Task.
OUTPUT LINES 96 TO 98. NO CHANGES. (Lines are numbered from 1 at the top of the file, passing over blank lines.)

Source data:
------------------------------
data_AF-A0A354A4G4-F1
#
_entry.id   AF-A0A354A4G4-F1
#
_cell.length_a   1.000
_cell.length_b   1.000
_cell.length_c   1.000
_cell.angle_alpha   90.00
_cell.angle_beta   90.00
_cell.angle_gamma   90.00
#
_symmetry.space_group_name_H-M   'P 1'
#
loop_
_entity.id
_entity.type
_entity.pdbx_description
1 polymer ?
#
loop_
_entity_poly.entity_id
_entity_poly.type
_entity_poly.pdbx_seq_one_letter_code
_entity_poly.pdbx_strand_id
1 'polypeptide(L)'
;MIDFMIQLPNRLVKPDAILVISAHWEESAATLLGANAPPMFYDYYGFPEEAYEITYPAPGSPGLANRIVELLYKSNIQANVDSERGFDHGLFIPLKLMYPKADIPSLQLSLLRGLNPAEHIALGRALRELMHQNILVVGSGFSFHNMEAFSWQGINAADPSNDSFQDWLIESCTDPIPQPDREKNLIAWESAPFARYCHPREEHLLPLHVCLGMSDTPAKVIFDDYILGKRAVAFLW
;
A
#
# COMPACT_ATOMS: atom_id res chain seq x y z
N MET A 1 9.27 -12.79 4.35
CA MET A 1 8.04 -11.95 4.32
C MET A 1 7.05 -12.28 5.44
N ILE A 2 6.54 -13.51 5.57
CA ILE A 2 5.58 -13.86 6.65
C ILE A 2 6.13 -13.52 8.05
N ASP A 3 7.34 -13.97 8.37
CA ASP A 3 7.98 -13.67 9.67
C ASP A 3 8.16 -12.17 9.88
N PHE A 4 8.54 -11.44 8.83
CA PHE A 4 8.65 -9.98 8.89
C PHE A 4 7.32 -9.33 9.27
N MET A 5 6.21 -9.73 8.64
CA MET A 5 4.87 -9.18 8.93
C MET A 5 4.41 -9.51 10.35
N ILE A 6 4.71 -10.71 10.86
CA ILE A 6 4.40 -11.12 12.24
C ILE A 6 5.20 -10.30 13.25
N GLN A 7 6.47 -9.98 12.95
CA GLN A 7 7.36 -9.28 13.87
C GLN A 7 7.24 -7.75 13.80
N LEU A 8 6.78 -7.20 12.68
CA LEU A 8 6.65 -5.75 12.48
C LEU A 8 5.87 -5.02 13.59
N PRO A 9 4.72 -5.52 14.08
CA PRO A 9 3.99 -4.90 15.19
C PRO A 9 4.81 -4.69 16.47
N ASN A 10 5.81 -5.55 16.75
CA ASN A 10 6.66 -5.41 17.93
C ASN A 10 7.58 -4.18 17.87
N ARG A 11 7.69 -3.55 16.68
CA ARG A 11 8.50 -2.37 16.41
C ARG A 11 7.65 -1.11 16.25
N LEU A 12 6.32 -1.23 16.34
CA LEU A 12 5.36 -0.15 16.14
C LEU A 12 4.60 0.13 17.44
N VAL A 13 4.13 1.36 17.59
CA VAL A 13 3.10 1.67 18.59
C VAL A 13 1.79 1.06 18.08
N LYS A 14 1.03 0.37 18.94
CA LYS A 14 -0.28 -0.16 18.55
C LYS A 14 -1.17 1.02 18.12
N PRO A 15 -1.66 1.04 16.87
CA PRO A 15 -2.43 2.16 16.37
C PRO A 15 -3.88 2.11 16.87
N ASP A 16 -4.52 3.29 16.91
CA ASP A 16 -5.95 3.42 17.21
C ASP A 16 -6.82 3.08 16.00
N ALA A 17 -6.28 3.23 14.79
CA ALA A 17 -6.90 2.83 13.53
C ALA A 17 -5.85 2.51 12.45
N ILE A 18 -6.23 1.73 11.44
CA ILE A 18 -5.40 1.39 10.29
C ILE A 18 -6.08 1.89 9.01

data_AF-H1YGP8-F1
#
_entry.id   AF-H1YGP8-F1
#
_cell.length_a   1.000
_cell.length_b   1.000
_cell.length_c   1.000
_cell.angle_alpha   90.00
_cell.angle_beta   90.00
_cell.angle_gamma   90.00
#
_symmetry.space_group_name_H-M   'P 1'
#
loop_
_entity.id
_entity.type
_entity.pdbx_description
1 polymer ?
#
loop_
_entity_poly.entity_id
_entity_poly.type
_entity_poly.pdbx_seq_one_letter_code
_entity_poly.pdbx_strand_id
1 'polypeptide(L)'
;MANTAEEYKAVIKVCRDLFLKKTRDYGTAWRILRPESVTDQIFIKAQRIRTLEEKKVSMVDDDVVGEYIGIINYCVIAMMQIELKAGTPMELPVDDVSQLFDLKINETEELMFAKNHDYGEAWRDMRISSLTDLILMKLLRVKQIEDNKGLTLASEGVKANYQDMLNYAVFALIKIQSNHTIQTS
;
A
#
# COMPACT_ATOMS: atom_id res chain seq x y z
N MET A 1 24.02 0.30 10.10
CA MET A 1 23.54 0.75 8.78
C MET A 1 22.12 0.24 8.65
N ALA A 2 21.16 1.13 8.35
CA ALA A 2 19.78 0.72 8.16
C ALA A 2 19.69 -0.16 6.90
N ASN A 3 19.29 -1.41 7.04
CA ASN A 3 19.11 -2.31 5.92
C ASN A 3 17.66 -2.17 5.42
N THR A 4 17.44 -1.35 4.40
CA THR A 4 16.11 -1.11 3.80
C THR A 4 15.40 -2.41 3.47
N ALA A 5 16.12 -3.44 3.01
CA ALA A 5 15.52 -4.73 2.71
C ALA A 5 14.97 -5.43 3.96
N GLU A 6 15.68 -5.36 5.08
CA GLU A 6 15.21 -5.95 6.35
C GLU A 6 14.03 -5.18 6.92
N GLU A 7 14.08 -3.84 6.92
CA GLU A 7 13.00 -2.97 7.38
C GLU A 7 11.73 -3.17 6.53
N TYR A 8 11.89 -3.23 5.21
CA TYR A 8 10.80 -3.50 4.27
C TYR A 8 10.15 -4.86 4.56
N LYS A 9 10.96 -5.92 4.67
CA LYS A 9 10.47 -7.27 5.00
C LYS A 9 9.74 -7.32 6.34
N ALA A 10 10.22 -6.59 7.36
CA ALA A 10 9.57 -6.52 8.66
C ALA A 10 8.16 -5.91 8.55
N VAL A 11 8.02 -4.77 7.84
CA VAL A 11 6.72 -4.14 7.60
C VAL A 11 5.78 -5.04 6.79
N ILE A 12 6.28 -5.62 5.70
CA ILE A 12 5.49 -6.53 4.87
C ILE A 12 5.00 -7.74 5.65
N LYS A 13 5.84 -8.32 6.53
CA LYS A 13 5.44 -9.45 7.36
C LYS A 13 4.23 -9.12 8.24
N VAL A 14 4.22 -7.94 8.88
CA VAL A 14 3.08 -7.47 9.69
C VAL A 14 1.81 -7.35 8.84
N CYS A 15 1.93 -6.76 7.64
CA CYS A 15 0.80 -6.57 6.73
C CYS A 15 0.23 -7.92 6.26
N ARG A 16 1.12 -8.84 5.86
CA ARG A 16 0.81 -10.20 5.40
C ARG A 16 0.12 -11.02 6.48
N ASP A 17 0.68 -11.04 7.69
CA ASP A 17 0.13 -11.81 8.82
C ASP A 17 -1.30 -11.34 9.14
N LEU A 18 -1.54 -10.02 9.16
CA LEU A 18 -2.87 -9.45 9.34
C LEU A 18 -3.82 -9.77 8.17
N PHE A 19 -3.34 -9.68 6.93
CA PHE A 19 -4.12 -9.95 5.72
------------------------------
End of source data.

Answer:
_symmetry.space_group_name_H-M   'P 1'
#
loop_